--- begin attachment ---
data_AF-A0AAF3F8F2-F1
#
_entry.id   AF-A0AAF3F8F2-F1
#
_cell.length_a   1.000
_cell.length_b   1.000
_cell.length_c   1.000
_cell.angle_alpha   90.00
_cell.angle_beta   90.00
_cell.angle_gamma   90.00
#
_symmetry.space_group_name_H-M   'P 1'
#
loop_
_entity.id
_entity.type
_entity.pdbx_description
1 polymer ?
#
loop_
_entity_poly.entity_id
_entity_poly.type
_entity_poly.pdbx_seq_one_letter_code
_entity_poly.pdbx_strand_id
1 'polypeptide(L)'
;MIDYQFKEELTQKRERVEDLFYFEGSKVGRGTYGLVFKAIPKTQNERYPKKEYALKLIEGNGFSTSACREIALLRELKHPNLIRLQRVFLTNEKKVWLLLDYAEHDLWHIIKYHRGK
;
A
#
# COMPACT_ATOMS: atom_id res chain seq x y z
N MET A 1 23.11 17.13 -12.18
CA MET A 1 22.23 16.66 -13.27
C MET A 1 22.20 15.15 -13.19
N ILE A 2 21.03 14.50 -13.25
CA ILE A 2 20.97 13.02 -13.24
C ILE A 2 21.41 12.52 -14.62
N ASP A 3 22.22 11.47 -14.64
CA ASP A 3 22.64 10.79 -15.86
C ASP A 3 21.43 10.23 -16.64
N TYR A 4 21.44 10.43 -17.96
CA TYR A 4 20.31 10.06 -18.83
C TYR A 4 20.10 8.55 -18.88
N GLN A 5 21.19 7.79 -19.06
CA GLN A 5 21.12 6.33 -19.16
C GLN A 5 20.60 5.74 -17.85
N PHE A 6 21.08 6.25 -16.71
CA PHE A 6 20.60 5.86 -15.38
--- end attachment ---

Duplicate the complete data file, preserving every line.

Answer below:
data_AF-A0AAF3F8F2-F1
#
_entry.id   AF-A0AAF3F8F2-F1
#
_cell.length_a   1.000
_cell.length_b   1.000
_cell.length_c   1.000
_cell.angle_alpha   90.00
_cell.angle_beta   90.00
_cell.angle_gamma   90.00
#
_symmetry.space_group_name_H-M   'P 1'
#
loop_
_entity.id
_entity.type
_entity.pdbx_description
1 polymer ?
#
loop_
_entity_poly.entity_id
_entity_poly.type
_entity_poly.pdbx_seq_one_letter_code
_entity_poly.pdbx_strand_id
1 'polypeptide(L)'
;MIDYQFKEELTQKRERVEDLFYFEGSKVGRGTYGLVFKAIPKTQNERYPKKEYALKLIEGNGFSTSACREIALLRELKHPNLIRLQRVFLTNEKKVWLLLDYAEHDLWHIIKYHRGK
;
A
#
# COMPACT_ATOMS: atom_id res chain seq x y z
N MET A 1 23.11 17.13 -12.18
CA MET A 1 22.23 16.66 -13.27
C MET A 1 22.20 15.15 -13.19
N ILE A 2 21.03 14.50 -13.25
CA ILE A 2 20.97 13.02 -13.24
C ILE A 2 21.41 12.52 -14.62
N ASP A 3 22.22 11.47 -14.64
CA ASP A 3 22.64 10.79 -15.86
C ASP A 3 21.43 10.23 -16.64
N TYR A 4 21.44 10.43 -17.96
CA TYR A 4 20.31 10.06 -18.83
C TYR A 4 20.10 8.55 -18.88
N GLN A 5 21.19 7.79 -19.06
CA GLN A 5 21.12 6.33 -19.16
C GLN A 5 20.60 5.74 -17.85
N PHE A 6 21.08 6.25 -16.71
CA PHE A 6 20.60 5.86 -15.38